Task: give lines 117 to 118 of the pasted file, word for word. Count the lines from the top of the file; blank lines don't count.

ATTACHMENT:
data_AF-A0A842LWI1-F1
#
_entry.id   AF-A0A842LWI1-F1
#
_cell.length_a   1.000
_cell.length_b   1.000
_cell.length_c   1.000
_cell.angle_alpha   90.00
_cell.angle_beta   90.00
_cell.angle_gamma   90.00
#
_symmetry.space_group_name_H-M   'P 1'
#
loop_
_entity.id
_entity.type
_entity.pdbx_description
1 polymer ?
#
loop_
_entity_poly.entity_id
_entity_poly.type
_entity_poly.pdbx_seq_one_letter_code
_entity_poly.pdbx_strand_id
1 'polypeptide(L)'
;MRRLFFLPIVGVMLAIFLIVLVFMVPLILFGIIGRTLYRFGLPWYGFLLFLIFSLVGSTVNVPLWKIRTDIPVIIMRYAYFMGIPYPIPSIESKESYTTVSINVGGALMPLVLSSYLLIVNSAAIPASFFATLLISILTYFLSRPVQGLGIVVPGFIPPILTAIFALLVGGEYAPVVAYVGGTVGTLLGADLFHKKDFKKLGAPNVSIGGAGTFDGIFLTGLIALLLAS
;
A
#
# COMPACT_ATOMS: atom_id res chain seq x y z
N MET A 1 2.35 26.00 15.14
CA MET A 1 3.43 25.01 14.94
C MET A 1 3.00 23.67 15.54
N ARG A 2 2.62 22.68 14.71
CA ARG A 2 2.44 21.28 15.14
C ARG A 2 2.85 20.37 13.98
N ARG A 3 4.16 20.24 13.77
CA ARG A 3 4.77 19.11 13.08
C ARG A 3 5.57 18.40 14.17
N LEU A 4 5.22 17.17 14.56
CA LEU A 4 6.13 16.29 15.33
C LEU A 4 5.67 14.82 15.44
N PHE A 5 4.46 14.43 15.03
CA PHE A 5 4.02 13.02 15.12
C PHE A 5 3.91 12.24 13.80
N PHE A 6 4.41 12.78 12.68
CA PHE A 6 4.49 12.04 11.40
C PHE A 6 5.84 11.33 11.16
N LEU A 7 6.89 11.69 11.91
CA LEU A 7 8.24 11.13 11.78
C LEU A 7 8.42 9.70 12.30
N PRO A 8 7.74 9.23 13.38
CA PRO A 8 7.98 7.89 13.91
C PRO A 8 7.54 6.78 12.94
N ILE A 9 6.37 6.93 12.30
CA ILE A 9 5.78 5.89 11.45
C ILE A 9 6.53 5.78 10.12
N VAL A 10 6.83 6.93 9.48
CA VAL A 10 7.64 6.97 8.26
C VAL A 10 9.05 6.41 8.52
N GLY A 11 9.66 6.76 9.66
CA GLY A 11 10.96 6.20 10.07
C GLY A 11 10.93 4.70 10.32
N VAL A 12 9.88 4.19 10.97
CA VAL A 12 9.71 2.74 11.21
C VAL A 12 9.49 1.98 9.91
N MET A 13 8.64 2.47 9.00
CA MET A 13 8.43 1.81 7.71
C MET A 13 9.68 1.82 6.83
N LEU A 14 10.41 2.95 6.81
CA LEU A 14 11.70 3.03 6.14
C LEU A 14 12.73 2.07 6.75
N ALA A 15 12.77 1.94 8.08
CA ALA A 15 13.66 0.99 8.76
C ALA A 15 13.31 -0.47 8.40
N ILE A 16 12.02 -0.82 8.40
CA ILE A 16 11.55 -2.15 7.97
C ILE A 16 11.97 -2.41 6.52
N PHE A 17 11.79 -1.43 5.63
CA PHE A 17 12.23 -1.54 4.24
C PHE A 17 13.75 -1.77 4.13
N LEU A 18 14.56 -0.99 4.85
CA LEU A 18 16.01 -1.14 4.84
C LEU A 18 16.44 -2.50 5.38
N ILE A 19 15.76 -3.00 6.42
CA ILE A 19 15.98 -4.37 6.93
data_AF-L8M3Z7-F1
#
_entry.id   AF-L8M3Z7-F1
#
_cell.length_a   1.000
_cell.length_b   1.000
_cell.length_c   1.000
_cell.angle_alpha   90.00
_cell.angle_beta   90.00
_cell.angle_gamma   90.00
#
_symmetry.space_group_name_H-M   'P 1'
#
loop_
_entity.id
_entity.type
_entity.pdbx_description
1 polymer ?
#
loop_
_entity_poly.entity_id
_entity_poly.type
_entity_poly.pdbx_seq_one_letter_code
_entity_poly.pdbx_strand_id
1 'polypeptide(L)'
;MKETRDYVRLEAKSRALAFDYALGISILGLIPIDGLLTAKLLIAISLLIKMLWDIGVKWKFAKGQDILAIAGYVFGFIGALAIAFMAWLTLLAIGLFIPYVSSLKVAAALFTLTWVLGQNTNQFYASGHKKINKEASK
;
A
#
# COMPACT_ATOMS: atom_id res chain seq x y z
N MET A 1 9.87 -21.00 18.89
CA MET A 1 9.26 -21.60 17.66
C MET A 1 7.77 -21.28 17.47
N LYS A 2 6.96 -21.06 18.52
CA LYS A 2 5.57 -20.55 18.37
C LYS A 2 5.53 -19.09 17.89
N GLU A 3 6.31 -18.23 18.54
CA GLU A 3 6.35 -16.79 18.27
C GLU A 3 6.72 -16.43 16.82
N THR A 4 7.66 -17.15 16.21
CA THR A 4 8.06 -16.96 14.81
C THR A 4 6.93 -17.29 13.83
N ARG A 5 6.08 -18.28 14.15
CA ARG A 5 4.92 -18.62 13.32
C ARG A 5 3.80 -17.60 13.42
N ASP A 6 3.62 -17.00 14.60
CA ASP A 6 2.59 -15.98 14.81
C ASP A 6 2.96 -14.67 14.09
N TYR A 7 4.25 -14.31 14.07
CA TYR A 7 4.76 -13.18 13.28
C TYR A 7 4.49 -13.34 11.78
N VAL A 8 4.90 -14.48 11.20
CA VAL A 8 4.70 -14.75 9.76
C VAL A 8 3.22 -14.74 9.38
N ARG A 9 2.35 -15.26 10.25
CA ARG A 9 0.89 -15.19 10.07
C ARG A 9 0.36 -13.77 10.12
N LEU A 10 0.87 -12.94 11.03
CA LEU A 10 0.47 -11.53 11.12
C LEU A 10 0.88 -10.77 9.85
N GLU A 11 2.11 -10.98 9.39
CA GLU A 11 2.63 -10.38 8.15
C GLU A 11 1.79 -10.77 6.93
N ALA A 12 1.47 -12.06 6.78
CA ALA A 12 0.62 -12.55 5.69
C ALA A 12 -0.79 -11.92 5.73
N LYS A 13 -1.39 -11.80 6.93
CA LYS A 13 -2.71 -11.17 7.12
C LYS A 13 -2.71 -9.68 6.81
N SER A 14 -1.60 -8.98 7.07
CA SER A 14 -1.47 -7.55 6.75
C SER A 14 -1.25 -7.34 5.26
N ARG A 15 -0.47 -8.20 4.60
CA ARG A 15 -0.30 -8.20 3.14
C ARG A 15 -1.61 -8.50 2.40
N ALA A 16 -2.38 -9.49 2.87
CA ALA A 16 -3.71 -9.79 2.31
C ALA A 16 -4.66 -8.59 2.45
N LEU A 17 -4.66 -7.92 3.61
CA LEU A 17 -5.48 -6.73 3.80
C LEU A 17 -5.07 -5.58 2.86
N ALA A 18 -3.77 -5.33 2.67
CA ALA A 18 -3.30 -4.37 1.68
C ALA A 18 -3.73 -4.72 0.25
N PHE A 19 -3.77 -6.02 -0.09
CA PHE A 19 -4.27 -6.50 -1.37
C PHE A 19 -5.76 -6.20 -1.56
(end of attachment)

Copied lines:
N MET A 1 9.87 -21.00 18.89
CA MET A 1 9.26 -21.60 17.66